Demographics and psychosocial risks

Age, gender, education and employment were obtained through self report [34]. Individuals who did not have a paid position of employment in the past month were categorised as ‘not in employment’. Participants who did not report participating in any type of educational study were categorised as ‘not in education’.

Substance use

Participants’ tobacco, alcohol and cannabis use in the past three months was assessed in the clinician interview using the WHO Alcohol, Smoking and Substance Involvement Screening Test (WHO-ASSIST) [40] which also provides a category of risk for each substance. For cannabis and tobacco, scores greater than 3 indicated ‘at risk’ participants and for alcohol, scores greater than 10. ‘At risk’ individuals are at risk of, or already are, experiencing health, social, financial, legal and relationship problems resulting from their substance use. ‘At risk’ also indicates the possibility of dependence.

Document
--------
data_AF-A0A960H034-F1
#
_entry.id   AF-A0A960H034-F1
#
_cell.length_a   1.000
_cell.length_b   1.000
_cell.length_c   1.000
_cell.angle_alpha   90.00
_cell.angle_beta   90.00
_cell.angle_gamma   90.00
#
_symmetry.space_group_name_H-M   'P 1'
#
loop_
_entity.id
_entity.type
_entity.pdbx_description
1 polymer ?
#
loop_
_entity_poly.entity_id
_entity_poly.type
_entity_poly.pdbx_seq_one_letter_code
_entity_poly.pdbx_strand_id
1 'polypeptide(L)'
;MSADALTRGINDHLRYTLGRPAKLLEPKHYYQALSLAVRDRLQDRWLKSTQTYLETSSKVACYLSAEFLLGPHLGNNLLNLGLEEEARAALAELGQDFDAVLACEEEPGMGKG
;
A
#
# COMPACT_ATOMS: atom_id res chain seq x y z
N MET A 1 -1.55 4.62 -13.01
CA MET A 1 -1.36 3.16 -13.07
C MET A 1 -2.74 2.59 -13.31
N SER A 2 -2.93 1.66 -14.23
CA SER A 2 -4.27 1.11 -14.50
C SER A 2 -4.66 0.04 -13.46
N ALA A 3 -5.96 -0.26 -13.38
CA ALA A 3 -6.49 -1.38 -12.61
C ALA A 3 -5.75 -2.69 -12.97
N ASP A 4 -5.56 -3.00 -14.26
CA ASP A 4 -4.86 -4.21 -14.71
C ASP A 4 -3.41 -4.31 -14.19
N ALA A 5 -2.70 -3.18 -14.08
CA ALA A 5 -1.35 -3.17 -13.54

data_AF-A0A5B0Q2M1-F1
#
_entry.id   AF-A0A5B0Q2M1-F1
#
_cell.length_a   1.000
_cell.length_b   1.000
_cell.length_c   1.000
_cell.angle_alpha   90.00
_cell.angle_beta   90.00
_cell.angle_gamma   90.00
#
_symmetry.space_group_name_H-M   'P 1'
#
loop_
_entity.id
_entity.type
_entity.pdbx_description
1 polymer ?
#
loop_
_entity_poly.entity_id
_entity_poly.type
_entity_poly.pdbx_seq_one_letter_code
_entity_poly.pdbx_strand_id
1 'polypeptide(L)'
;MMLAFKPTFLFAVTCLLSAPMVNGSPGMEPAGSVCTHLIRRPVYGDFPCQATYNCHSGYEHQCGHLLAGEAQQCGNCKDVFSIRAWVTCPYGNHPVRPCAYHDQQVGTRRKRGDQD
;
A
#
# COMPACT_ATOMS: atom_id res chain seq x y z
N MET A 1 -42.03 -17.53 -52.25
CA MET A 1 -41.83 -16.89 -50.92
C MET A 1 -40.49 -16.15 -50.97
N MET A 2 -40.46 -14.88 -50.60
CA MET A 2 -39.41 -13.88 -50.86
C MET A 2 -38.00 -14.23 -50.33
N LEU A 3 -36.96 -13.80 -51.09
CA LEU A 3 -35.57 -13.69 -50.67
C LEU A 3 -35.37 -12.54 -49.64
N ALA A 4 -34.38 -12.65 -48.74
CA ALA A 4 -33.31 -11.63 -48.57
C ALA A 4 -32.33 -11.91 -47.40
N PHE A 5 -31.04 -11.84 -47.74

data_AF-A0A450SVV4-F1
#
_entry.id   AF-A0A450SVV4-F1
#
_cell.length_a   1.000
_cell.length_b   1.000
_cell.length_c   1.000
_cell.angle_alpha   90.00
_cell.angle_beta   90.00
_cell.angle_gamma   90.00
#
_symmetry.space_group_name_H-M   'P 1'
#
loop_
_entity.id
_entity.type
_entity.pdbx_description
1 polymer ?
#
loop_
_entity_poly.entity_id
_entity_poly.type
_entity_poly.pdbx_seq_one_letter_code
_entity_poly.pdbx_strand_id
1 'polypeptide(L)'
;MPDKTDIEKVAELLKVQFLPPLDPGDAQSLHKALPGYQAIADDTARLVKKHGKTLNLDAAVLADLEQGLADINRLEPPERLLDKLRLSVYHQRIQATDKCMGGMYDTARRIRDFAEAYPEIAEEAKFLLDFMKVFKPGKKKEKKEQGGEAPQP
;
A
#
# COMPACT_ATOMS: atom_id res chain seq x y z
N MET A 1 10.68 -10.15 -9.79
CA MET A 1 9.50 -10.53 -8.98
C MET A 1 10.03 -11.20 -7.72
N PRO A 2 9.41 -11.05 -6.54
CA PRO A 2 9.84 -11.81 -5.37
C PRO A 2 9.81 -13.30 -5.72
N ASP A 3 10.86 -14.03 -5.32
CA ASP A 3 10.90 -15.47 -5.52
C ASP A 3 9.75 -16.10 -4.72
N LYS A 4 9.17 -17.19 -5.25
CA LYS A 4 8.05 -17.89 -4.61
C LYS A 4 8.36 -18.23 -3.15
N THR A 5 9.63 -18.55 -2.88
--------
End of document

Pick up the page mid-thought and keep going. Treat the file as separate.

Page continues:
Rumination: was assessed using the short version of the Ruminative Response Scale [41] as rumination has been shown to mediate the association between sleep disturbance and depression [19]. Behavioural Inhibition & Activation: The 24-item self-reported Behavioural Inhibition/Behavioural Activation System (BIS/BAS) Scale [42] assessed neuroticism, behavioural inhibition and behavioural activation with subscales for reward responsiveness, drive and fun-seeking.


Generalised anxiety disorder and psychological distress were assessed using the self-reported Generalised Anxiety Disorder scale (GAD-7) [43] and Kessler’s Psychological Distress scale (K-10) [44]. The presence and severity of mania in the previous 48 hours was assessed using the Young Mania Rating Scale (YMRS) [45]; an 11 item interview and behavioural observation. Suicide ideation (QIDS-C16 item 12) was rated by clinical interview.